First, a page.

The client 260 may be configured to send messages to and/or receive messages from the controller 290. For example, the client 260 may be configured to provide instructions to the controller 290 to control the creation and/or removal of a data stream, such as an AVB data stream, between the talker 230 and the listener 240. Other messages may include instructions to query functions of application layer interfaces; to administer a notification matrix of the application layer interfaces; to check whether entries of the client 260 and/or the controller 290 are present in the notification matrix; to describe the version of the application layer interface, divided into the major version, the minor version and the build number; and/or to generate an array of all existing AVB connections. The client 260 may provide the instructions by providing a message through an application layer interface 262 of the client 260. An example application layer interface is an FBlock interface. The controller 290 may include an application level interface 292 through which the controller 290 may receive the instructions from the client 260.

In response to receiving instructions to create a data stream between the talker 230 and the listener 240, the controller 290 may be configured to translate the instructions into appropriate commands to the talker 230 and/or the listener 240. For example, in response to receiving the instructions from the client, the controller 290 may be configured to send a message, referred to as an Allocate message, to the talker 230 to instruct the talker 230 to set up a data stream. The message from the controller 290 to the talker 230 may be communicated from the application layer interface 292 of the controller 290 to the application layer interface 232 of the talker 230. The Allocate message may include various parameters, including a SourceNr parameter indicating the source of the data stream. The talker 230 may have a list of available sources that may be streamed. By selecting a particular source from the list, the talker 230 may be configured to allocated the bandwidth for the selected source. As an example, the talker 230 may be configured to stream a stereo audio stream and a 5.1 surround encoded audio stream. The stereo audio stream may be designated as source 1 and the 5.1 surround encoded audio stream may be designated as source 2. If the talker 230 selects SourceNr 1, the talker 230 may allocate bandwidth for the stereo audio stream. If the talker 230 selects SourceNr 2, the talker 230 may allocate bandwidth for the 5.1 surround encoded audio stream. The parameters may also include one or destination addresses to which the data stream is to be sent, a presentation delay of the data stream, a rank of the data stream (e.g., a first indicator may indicate an emergency rank and a second indicator may indicate a non-emergency rank), a virtual local area network (VLAN) identifier used for the data stream, and/or a class of the data stream (e.g, a first indicator may indicate class A, and a second indicator may indicate class B).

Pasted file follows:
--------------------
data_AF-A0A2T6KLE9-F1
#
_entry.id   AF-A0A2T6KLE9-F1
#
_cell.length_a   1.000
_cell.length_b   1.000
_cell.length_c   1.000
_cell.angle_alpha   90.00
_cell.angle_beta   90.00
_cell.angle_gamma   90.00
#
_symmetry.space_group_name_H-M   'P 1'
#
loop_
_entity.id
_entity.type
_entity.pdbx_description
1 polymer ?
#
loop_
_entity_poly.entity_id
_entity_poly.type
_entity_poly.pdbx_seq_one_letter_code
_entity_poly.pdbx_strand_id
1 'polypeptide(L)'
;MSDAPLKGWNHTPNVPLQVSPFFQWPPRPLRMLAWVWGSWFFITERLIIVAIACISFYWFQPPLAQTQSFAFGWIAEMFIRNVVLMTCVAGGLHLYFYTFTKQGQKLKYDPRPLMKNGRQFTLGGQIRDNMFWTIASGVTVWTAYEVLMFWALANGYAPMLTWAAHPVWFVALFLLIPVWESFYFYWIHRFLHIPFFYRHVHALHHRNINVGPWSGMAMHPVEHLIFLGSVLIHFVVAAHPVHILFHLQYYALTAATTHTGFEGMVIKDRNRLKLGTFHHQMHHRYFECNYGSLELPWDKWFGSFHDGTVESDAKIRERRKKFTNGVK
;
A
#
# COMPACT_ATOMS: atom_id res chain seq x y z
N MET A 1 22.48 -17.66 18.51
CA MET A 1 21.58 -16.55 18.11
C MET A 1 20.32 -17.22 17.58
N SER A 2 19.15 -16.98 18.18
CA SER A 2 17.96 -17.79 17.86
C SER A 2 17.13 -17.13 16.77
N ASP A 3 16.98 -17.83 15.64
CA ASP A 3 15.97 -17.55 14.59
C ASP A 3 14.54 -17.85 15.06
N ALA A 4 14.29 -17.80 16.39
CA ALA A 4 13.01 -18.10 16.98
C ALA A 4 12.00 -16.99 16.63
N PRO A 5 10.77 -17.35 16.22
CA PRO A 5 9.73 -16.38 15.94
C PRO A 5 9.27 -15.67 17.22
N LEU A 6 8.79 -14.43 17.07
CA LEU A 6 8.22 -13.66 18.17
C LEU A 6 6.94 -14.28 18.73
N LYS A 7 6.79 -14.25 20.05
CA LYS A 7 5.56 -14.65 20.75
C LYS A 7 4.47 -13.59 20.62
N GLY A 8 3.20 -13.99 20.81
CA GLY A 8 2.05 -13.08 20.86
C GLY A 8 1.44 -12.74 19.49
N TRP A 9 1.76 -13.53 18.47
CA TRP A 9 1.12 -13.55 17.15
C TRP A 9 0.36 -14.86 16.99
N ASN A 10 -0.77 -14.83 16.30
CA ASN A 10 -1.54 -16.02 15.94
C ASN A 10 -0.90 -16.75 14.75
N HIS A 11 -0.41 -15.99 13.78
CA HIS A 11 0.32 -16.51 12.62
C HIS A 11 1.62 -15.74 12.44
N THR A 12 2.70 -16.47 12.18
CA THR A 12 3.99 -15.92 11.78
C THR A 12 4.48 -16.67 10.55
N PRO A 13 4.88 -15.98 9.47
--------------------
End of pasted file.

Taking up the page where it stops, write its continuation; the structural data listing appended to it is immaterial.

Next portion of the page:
In response to the receiving the Allocate message, the talker 230 may be configured to respond to the controller 290 that the talker 230 is able to source a data stream by providing a Success Message to the controller 290. The Success Message may include various parameters, including a SourceNr parameter which indicates the number of data source, and a Stream ID that uniquely identifies the stream that the talker 230 will source. The talker 230 may also be configured to respond to the controller 290 that the talker 230 is unable to create a data stream by providing a Failure Message to the controller 290. The Failure Message may include error information pertaining to the why the talker 230 is unable to create the data stream. The talker 230 may communicate the Success Message and/or the Failure Message by communicating the messages through the application layer interfaces 232, 292 of the talker 230 and controller 290, respectively.